By Daniel Chigundu
ECONOMIST Gift Mugano says allowing millions of Zimbabweans living and working in the diaspora to participate in elections is key for the country’s economic turnaround.
It is widely believed that there are about three million Zimbabweans living in the diaspora for various reasons that range from political persecution, economic challenges and academic among many other reasons.
These Zimbabweans have calling on the government to allow them to exercise their voting while in the diaspora but their call has been falling on deaf ears since 2000 when the current main opposition MDC-T was formed.
The government has instead over the years been looking at ways of enticing these diasporans to invest back home or increase their remittances.
Former Zimbabwe Electoral Commission (ZEC) chairperson Rita Makarau is on record telling the media that her organisation had no problem with diaspora vote, adding that what was lacking was laws that would support the vote and procedures to be followed.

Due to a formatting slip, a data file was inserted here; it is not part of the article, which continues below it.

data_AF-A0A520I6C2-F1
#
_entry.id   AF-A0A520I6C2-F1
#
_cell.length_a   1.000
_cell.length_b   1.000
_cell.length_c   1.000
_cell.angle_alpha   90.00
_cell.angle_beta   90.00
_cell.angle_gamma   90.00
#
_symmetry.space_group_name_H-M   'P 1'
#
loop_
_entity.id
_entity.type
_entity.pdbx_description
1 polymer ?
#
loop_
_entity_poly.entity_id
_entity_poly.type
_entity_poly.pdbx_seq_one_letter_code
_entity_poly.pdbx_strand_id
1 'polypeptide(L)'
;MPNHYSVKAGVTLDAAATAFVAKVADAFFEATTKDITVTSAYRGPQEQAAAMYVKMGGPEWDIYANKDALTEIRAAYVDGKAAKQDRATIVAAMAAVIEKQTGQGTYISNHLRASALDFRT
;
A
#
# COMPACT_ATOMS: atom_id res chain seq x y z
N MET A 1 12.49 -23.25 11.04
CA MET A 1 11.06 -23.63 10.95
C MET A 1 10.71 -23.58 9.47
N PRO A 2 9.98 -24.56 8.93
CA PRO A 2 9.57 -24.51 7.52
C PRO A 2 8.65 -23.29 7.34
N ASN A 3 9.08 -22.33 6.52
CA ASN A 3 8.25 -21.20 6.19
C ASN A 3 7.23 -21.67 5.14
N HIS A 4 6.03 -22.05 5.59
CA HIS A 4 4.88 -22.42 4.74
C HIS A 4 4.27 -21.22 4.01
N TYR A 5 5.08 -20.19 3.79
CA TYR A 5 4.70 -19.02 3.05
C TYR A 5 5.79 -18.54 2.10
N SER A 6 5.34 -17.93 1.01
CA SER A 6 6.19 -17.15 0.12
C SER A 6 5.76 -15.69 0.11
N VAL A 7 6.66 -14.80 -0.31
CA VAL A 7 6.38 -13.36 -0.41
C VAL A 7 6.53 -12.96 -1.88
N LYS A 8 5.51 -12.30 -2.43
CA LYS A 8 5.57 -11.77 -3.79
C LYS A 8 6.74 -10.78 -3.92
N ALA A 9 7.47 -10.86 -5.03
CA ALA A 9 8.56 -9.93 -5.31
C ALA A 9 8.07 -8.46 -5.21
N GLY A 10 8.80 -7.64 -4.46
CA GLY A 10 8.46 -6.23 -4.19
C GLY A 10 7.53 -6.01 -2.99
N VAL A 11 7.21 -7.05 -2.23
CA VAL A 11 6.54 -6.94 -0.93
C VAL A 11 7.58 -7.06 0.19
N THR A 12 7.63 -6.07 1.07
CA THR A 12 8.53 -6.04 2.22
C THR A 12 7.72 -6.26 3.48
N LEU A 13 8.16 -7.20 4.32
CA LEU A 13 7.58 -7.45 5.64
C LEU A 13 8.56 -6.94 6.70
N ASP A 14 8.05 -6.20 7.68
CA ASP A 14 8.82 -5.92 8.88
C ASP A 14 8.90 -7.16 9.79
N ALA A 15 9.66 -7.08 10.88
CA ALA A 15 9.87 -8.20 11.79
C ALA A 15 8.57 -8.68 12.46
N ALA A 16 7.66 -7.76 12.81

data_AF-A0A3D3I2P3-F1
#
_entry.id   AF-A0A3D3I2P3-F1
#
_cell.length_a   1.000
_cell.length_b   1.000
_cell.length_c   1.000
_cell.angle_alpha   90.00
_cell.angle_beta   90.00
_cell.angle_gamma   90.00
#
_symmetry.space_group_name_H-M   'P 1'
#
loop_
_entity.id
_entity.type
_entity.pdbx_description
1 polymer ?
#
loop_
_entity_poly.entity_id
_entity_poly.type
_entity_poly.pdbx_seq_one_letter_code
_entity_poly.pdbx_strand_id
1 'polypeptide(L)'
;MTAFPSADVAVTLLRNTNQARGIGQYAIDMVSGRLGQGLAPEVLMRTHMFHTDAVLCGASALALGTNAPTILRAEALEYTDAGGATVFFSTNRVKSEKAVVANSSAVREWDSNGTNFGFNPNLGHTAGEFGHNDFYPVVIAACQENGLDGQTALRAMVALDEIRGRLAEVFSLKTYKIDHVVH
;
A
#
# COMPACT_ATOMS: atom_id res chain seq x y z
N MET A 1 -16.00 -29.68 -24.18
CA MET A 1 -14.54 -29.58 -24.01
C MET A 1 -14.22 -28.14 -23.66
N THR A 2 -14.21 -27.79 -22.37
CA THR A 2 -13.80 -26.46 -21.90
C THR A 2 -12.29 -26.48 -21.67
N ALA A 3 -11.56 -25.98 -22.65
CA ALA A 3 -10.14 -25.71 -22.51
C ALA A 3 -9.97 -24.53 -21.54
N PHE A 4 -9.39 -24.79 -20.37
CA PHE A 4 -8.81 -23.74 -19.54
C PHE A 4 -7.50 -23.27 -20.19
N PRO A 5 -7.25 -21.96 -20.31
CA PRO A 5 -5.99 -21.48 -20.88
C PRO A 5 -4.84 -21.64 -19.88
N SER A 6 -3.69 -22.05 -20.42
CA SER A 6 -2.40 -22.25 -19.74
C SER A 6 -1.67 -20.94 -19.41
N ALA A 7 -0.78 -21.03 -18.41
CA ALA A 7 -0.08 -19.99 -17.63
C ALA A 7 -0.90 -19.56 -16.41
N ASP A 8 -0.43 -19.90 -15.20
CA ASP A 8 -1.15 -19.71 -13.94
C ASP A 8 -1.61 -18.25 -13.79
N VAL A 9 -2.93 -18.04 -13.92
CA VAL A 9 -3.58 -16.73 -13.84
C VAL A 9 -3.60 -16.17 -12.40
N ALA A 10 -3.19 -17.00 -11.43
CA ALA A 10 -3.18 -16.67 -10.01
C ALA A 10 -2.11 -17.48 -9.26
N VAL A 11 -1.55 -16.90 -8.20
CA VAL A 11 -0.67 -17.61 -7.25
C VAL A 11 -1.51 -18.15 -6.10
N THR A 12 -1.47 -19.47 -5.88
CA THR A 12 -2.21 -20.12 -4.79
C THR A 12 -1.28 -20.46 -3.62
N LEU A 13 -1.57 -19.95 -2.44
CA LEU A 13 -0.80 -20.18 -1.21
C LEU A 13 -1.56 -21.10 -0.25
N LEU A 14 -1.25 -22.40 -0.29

Addressing legislators during a post-budget-seminar, Mugano said there was no way people would put their money where they don’t enjoy their rights.
“The diaspora community is one way we can get the much needed foreign currency, for example in Nigeria they used to get about US$10 billion from remittances, but when they introduced diaspora vote that figure has shot to US$20 billion.
“Investors will only bring their money to a country where they are allowed to make a decision, so diaspora vote is important for the economic turnaround,” he said.
Although Zimbabwe crafted the Diaspora Policy a few years ago, economic and political watchers are in agreement that the policy will not attract anything if it continues to be silent on the issue of diaspora voting.
Government’s reluctance to allow diaspora vote, however, stems from the widely believed myth that most diasporans are victims of politics and would literally vote for the opposition party.
The biggest number of Zimbabwe diasporans is said to be in South Africa followed by UK, Australia, New Zealand and Botswana among many others.
The diaspora wave saw Zimbabwe losing some of its best brains in the engineering, medical, ICT, administration and financial sector among many others across every sector of the economy.
Meanwhile, Mugano has also called on the government to consider holding a free and fair election if it entertains hopes of attracting meaningful investors.